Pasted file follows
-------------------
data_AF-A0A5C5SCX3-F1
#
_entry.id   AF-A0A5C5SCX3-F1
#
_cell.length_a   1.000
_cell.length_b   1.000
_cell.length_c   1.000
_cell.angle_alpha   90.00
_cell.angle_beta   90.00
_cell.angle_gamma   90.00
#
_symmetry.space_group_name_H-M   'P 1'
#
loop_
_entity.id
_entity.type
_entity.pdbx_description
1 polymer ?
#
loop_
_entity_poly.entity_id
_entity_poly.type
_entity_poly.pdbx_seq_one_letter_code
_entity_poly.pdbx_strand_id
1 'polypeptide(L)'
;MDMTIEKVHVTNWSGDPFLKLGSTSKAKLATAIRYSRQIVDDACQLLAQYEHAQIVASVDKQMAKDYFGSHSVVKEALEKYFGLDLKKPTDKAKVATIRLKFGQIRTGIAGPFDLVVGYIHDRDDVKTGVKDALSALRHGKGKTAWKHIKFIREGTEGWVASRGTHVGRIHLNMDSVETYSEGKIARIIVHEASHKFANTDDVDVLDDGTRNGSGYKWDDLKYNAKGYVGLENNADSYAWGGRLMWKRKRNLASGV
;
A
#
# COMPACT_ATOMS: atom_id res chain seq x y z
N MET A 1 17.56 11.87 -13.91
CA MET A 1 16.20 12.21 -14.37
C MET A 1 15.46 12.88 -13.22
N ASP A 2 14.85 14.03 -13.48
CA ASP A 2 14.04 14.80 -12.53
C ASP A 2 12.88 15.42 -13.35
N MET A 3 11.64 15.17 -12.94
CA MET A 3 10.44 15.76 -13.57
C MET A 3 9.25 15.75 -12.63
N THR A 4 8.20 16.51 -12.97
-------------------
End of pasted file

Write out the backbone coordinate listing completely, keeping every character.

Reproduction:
data_AF-A0A5C5SCX3-F1
#
_entry.id   AF-A0A5C5SCX3-F1
#
_cell.length_a   1.000
_cell.length_b   1.000
_cell.length_c   1.000
_cell.angle_alpha   90.00
_cell.angle_beta   90.00
_cell.angle_gamma   90.00
#
_symmetry.space_group_name_H-M   'P 1'
#
loop_
_entity.id
_entity.type
_entity.pdbx_description
1 polymer ?
#
loop_
_entity_poly.entity_id
_entity_poly.type
_entity_poly.pdbx_seq_one_letter_code
_entity_poly.pdbx_strand_id
1 'polypeptide(L)'
;MDMTIEKVHVTNWSGDPFLKLGSTSKAKLATAIRYSRQIVDDACQLLAQYEHAQIVASVDKQMAKDYFGSHSVVKEALEKYFGLDLKKPTDKAKVATIRLKFGQIRTGIAGPFDLVVGYIHDRDDVKTGVKDALSALRHGKGKTAWKHIKFIREGTEGWVASRGTHVGRIHLNMDSVETYSEGKIARIIVHEASHKFANTDDVDVLDDGTRNGSGYKWDDLKYNAKGYVGLENNADSYAWGGRLMWKRKRNLASGV
;
A
#
# COMPACT_ATOMS: atom_id res chain seq x y z
N MET A 1 17.56 11.87 -13.91
CA MET A 1 16.20 12.21 -14.37
C MET A 1 15.46 12.88 -13.22
N ASP A 2 14.85 14.03 -13.48
CA ASP A 2 14.04 14.80 -12.53
C ASP A 2 12.88 15.42 -13.35
N MET A 3 11.64 15.17 -12.94
CA MET A 3 10.44 15.76 -13.57
C MET A 3 9.25 15.75 -12.63
N THR A 4 8.20 16.51 -12.97